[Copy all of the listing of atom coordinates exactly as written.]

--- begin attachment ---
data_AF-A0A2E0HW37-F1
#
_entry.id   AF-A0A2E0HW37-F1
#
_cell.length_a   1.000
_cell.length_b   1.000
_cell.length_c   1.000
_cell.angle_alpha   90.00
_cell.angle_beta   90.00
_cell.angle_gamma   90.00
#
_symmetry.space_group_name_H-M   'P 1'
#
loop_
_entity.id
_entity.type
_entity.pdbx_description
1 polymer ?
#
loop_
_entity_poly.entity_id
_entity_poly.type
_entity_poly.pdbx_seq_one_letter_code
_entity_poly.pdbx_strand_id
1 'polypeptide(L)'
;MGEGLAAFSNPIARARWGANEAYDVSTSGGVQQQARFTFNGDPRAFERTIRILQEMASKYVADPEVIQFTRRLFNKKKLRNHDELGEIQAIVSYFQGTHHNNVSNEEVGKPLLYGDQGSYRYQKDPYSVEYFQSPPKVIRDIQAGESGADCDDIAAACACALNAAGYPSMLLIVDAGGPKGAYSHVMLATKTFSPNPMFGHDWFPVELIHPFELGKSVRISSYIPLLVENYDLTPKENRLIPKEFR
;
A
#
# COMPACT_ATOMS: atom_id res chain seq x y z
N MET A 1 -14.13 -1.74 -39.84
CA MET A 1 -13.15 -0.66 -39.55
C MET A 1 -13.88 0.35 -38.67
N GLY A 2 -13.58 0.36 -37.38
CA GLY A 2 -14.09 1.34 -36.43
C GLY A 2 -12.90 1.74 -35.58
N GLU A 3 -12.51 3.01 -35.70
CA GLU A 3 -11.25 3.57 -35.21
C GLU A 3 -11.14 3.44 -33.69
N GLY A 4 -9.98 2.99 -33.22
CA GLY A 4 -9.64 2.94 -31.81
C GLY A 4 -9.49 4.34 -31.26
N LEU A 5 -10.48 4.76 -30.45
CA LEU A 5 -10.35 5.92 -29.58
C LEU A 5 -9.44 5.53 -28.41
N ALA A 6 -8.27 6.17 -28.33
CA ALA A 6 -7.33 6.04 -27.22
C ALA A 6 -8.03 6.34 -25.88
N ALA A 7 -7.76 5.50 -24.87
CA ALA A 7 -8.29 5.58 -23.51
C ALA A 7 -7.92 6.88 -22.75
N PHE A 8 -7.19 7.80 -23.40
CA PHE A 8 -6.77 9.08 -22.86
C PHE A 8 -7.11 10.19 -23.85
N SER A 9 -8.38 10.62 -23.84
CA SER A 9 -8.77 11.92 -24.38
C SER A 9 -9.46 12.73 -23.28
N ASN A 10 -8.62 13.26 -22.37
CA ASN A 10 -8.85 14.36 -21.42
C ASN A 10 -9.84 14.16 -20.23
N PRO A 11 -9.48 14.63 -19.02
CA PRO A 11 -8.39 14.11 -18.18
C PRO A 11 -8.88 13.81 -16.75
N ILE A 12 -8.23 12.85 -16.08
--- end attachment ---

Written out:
data_AF-A0A2E0HW37-F1
#
_entry.id   AF-A0A2E0HW37-F1
#
_cell.length_a   1.000
_cell.length_b   1.000
_cell.length_c   1.000
_cell.angle_alpha   90.00
_cell.angle_beta   90.00
_cell.angle_gamma   90.00
#
_symmetry.space_group_name_H-M   'P 1'
#
loop_
_entity.id
_entity.type
_entity.pdbx_description
1 polymer ?
#
loop_
_entity_poly.entity_id
_entity_poly.type
_entity_poly.pdbx_seq_one_letter_code
_entity_poly.pdbx_strand_id
1 'polypeptide(L)'
;MGEGLAAFSNPIARARWGANEAYDVSTSGGVQQQARFTFNGDPRAFERTIRILQEMASKYVADPEVIQFTRRLFNKKKLRNHDELGEIQAIVSYFQGTHHNNVSNEEVGKPLLYGDQGSYRYQKDPYSVEYFQSPPKVIRDIQAGESGADCDDIAAACACALNAAGYPSMLLIVDAGGPKGAYSHVMLATKTFSPNPMFGHDWFPVELIHPFELGKSVRISSYIPLLVENYDLTPKENRLIPKEFR
;
A
#
# COMPACT_ATOMS: atom_id res chain seq x y z
N MET A 1 -14.13 -1.74 -39.84
CA MET A 1 -13.15 -0.66 -39.55
C MET A 1 -13.88 0.35 -38.67
N GLY A 2 -13.58 0.36 -37.38
CA GLY A 2 -14.09 1.34 -36.43
C GLY A 2 -12.90 1.74 -35.58
N GLU A 3 -12.51 3.01 -35.70
CA GLU A 3 -11.25 3.57 -35.21
C GLU A 3 -11.14 3.44 -33.69
N GLY A 4 -9.98 2.99 -33.22
CA GLY A 4 -9.64 2.94 -31.81
C GLY A 4 -9.49 4.34 -31.26
N LEU A 5 -10.48 4.76 -30.45
CA LEU A 5 -10.35 5.92 -29.58
C LEU A 5 -9.44 5.53 -28.41
N ALA A 6 -8.27 6.17 -28.33
CA ALA A 6 -7.33 6.04 -27.22
C ALA A 6 -8.03 6.34 -25.88
N ALA A 7 -7.76 5.50 -24.87
CA ALA A 7 -8.29 5.58 -23.51
C ALA A 7 -7.92 6.88 -22.75
N PHE A 8 -7.19 7.80 -23.40
CA PHE A 8 -6.77 9.08 -22.86
C PHE A 8 -7.11 10.19 -23.85
N SER A 9 -8.38 10.62 -23.84
CA SER A 9 -8.77 11.92 -24.38
C SER A 9 -9.46 12.73 -23.28
N ASN A 10 -8.62 13.26 -22.37
CA ASN A 10 -8.85 14.36 -21.42
C ASN A 10 -9.84 14.16 -20.23
N PRO A 11 -9.48 14.63 -19.02
CA PRO A 11 -8.39 14.11 -18.18
C PRO A 11 -8.88 13.81 -16.75
N ILE A 12 -8.23 12.85 -16.08